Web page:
"I think that most people who settled years ago for a negligible amount would also be surprised to know that they can re-open their claim. A lot of people my age don’t have computers and don’t know what is going on.”
There are two Fen-phen “camps”: those consumers with minor injuries who originally settled with Fen-Phen drug manufacturers and those who had no Fen-Phen side effects and did not join a Fen-Phen lawsuit. Now a judge has ruled that both camps may be eligible to file a claim.
“When the Fen-phen lawsuits settled, people thought the injury had a time limit but over the course of time injuries continue to occur,” says attorney Ben Stewart. “If you originally settled with a minor injury, and have now developed a serious condition, you can file a claim. Or you didn’t have an injury and didn’t settle, now you can come back and file a claim.”
Two recent lawsuits argued that Fen-phen consumers developed PPH several years after using the diet pill. Wyeth Pharmaceuticals (the company that invented the drug) attorneys argued that the cases should be thrown out because the plaintiffs had no evidence that Fen-phen could cause PPH more than a decade after the pills were discontinued. The judge disagreed. In September 2012, Judge Bartle ruled that Fen-phen lawsuits involving latent Primary Pulmonary Hypertension (PPH) will be allowed to proceed.
Judge Bartle determined that enough scientific evidence supported the latent PPH argument, which is extremely good news for the plaintiffs and countless other Fen-phen users who are now suffering from life-threatening PPH, a severe lung disease that causes progressive lung and heart damage, and often leads to heart failure. There is no cure for PPH.
Even if you took Fen-phen back in 1997, like Patricia and her husband did, and are just now developing symptoms of PPH, you may be eligible to file a Fen-phen lawsuit. Patricia is filing a Fen-phen claim on behalf of her deceased husband and herself. They both took the Fen-phen diet pill for about two years.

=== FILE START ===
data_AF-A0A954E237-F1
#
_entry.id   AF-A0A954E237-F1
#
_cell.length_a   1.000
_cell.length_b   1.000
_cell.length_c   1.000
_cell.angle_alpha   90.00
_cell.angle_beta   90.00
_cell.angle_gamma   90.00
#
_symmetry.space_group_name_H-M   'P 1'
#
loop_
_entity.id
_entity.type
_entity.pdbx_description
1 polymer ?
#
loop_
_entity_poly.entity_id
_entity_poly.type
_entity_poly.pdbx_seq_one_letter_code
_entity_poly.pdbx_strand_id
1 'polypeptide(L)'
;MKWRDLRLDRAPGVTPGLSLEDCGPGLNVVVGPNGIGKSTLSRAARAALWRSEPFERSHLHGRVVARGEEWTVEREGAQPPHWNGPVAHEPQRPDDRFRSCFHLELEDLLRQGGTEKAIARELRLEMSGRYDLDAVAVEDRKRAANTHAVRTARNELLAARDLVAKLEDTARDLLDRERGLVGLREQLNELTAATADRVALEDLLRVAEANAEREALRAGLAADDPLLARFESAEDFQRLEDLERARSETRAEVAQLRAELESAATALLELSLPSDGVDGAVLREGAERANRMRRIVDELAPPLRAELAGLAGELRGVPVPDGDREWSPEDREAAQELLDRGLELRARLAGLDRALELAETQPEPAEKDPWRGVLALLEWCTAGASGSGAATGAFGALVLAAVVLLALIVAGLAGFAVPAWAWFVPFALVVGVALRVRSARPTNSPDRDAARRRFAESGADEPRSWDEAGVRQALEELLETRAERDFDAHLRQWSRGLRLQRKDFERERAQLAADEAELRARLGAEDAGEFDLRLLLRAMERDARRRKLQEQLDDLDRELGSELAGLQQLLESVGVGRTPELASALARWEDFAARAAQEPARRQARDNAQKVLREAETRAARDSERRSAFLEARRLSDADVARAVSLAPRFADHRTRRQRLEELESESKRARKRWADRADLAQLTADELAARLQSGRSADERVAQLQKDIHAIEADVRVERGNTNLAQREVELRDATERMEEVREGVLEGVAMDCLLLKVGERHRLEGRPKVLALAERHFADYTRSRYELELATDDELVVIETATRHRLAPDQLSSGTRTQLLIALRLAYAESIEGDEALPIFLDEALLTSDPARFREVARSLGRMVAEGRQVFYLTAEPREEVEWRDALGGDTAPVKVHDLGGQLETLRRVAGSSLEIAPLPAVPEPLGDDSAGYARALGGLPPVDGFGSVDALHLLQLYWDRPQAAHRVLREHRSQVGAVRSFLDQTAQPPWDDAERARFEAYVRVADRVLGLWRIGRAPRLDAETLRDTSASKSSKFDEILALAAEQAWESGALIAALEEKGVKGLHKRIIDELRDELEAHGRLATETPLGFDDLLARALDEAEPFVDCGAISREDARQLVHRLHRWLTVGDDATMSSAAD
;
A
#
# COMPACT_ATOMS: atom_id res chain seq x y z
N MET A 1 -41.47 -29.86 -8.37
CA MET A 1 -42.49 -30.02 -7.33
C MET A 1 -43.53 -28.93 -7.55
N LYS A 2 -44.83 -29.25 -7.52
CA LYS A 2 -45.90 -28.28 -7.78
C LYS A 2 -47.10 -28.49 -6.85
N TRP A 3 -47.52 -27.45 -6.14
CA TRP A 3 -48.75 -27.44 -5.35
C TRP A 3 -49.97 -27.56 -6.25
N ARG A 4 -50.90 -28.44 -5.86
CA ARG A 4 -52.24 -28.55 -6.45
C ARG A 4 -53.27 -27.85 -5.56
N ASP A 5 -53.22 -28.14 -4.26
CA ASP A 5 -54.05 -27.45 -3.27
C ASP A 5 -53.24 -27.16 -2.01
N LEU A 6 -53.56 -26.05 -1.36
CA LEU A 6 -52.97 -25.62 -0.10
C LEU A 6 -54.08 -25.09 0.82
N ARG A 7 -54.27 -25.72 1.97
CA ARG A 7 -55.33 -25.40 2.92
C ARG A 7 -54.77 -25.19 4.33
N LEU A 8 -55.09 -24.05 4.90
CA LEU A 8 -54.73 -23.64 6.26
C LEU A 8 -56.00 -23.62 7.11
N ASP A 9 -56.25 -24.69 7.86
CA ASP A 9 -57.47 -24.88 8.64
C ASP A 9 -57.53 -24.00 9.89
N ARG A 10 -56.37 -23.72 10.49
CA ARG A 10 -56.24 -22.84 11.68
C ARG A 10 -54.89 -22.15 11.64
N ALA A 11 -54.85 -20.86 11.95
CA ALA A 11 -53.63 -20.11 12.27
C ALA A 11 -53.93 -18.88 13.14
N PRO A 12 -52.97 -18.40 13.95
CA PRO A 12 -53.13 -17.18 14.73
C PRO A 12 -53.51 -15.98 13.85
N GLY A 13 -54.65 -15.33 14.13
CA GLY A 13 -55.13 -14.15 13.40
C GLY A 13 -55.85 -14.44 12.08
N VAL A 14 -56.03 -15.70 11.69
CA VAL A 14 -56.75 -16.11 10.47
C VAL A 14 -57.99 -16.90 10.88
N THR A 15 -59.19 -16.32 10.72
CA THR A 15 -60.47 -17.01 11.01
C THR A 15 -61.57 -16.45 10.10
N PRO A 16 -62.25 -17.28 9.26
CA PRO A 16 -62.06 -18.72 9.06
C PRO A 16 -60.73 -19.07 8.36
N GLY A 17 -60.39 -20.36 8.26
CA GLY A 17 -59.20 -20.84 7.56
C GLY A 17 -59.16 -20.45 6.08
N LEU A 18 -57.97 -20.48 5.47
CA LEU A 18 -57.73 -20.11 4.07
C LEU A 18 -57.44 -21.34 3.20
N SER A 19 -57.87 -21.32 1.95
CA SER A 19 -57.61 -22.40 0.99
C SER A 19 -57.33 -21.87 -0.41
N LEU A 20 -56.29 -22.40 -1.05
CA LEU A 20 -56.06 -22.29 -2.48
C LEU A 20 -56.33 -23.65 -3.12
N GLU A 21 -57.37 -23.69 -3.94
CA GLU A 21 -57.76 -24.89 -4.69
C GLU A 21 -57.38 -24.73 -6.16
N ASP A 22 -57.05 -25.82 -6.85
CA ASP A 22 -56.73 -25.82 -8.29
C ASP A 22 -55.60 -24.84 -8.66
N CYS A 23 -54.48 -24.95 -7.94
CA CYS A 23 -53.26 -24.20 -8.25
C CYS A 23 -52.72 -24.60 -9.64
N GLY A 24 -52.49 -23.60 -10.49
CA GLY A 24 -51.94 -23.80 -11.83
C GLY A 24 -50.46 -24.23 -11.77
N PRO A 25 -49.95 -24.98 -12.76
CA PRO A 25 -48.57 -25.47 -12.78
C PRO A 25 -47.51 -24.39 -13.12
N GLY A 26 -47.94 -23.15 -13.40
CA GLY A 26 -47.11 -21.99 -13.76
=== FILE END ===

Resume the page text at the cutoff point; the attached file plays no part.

“My husband, Delbert, had open heart surgery in 2001 and had six bypasses and now I too have heart disease,” says Patricia. “Neither of us had any signs of heart disease before taking the drug so I really think that Fen-phen contributed to his death, and now I am facing Fen-phen injuries.”
Patricia, who had a stent implanted several years ago and is now on heart meds, doesn’t remember getting any information about the side effects or risks when they were prescribed the drug to lose weight.
“We both started having heart palpitations so we stopped taking Fen-phen on our own because we thought it wasn’t good for us—our doctor didn’t advise us to stop taking it,” Patricia adds. “I remember that it took us about three months for our hearts to stop racing, to get it out of our system. We thought we were out of the woods but that wasn’t to be.
"Delbert began to have chest pains and we got him to a cardiologist. They found the blockages and said he needed surgery immediately. It was a shock to both of us. At that time we never made the connection with heart disease and Fen-phen--you just accept what the doctor tells you and you just carry on.
"We had gotten a letter in 2002 from “Pounds Away”, a weight loss clinic where a doctor prescribed the Fen-phen but we ignored the letter because we weren’t having any problems back then.
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"There are days when my heart races. I think that I would have had a heart attack and probably wouldn’t be here either if not for taking heart meds and being under the care of a cardiologist. I take care of myself and watch what I eat, I exercise daily: I walk and use the treadmill and if I get the chance, sit-ups and other exercises. I never drink sodas and limit coffee to two cups a day. I don’t eat any red meat and don’t drink. I’m feeling pretty good but I am still dealing with my husband’s death—I really believe he would be here today if not for Fen-Phen.”